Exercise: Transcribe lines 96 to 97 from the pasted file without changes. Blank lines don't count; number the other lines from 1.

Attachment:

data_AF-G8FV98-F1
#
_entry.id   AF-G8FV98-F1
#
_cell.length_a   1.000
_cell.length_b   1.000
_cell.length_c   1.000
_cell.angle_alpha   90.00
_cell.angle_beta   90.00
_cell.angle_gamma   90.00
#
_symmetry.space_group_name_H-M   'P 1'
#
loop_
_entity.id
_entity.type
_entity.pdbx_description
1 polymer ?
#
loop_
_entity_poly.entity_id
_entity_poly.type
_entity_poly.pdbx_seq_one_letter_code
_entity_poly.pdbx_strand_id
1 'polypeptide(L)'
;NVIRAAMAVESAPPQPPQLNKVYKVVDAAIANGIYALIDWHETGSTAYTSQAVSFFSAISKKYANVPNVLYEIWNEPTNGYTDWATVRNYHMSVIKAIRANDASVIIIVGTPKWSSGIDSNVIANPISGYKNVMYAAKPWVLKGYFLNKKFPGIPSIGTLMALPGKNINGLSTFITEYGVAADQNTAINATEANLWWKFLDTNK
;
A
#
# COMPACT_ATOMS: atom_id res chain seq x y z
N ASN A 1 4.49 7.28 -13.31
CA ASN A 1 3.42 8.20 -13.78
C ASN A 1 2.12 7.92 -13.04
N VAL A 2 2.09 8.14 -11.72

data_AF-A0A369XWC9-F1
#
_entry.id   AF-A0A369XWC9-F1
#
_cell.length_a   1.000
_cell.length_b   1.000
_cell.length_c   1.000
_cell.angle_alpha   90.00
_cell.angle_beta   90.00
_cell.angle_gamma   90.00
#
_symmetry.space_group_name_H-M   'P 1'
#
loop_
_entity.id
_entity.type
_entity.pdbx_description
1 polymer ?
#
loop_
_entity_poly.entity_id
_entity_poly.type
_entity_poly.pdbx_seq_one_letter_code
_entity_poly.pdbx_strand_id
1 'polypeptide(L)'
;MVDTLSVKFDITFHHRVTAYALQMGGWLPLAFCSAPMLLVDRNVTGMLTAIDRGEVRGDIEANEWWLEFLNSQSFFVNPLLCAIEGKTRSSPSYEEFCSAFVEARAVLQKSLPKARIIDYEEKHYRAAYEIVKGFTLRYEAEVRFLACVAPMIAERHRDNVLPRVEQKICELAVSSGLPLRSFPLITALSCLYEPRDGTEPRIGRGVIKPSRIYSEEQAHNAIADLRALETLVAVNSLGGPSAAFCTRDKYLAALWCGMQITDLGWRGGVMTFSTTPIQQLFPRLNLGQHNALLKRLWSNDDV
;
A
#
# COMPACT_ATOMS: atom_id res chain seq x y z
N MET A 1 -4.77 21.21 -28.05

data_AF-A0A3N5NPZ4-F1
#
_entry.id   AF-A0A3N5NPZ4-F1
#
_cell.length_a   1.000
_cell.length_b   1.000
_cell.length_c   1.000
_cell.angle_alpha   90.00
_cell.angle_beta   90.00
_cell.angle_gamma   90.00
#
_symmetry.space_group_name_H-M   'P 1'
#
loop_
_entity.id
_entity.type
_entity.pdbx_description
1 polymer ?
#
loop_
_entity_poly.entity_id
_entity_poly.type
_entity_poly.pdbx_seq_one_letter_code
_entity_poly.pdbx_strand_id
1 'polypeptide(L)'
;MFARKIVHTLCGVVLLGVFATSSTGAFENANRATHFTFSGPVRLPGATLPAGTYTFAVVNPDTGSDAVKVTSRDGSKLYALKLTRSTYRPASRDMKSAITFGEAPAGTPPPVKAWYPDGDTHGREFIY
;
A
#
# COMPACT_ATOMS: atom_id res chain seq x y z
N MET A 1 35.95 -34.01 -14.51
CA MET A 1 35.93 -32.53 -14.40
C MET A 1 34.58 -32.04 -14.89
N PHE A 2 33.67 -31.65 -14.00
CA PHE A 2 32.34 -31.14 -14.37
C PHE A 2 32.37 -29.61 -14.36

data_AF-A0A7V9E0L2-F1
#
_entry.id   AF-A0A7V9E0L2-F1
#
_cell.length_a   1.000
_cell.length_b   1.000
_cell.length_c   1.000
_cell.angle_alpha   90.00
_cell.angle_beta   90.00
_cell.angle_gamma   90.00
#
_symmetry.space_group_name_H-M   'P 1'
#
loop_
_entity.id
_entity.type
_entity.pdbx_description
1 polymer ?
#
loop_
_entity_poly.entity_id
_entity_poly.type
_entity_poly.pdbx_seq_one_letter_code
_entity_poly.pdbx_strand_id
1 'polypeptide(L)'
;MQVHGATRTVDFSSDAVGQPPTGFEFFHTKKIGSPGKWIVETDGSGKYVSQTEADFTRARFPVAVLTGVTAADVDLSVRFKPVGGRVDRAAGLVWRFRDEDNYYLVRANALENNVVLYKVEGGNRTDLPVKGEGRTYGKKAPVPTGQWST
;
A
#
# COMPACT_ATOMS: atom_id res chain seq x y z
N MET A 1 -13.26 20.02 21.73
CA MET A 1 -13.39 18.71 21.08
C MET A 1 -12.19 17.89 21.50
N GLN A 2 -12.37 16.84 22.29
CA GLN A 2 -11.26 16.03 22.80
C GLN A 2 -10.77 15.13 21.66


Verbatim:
N MET A 1 35.95 -34.01 -14.51
CA MET A 1 35.93 -32.53 -14.40